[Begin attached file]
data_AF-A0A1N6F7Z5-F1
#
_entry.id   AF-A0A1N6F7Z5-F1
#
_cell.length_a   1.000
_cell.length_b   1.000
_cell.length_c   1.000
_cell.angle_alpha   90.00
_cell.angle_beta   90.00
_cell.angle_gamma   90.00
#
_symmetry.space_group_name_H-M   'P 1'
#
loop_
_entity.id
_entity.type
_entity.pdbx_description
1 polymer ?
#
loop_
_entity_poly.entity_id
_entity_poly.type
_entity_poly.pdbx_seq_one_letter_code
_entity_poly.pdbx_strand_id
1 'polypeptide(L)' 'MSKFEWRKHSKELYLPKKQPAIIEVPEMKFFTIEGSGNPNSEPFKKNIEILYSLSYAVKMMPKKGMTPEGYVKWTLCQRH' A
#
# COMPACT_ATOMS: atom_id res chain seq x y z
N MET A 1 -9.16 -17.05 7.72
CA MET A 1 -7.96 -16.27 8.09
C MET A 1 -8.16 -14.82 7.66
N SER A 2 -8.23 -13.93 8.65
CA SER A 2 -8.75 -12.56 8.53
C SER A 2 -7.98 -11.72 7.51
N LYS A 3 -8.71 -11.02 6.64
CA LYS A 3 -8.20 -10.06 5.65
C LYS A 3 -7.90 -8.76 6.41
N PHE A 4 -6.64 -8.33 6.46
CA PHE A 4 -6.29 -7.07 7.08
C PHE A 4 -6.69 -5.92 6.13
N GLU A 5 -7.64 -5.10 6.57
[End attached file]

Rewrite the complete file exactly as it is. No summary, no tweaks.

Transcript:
data_AF-A0A1N6F7Z5-F1
#
_entry.id   AF-A0A1N6F7Z5-F1
#
_cell.length_a   1.000
_cell.length_b   1.000
_cell.length_c   1.000
_cell.angle_alpha   90.00
_cell.angle_beta   90.00
_cell.angle_gamma   90.00
#
_symmetry.space_group_name_H-M   'P 1'
#
loop_
_entity.id
_entity.type
_entity.pdbx_description
1 polymer ?
#
loop_
_entity_poly.entity_id
_entity_poly.type
_entity_poly.pdbx_seq_one_letter_code
_entity_poly.pdbx_strand_id
1 'polypeptide(L)' 'MSKFEWRKHSKELYLPKKQPAIIEVPEMKFFTIEGSGNPNSEPFKKNIEILYSLSYAVKMMPKKGMTPEGYVKWTLCQRH' A
#
# COMPACT_ATOMS: atom_id res chain seq x y z
N MET A 1 -9.16 -17.05 7.72
CA MET A 1 -7.96 -16.27 8.09
C MET A 1 -8.16 -14.82 7.66
N SER A 2 -8.23 -13.93 8.65
CA SER A 2 -8.75 -12.56 8.53
C SER A 2 -7.98 -11.72 7.51
N LYS A 3 -8.71 -11.02 6.64
CA LYS A 3 -8.20 -10.06 5.65
C LYS A 3 -7.90 -8.76 6.41
N PHE A 4 -6.64 -8.33 6.46
CA PHE A 4 -6.29 -7.07 7.08
C PHE A 4 -6.69 -5.92 6.13
N GLU A 5 -7.64 -5.10 6.57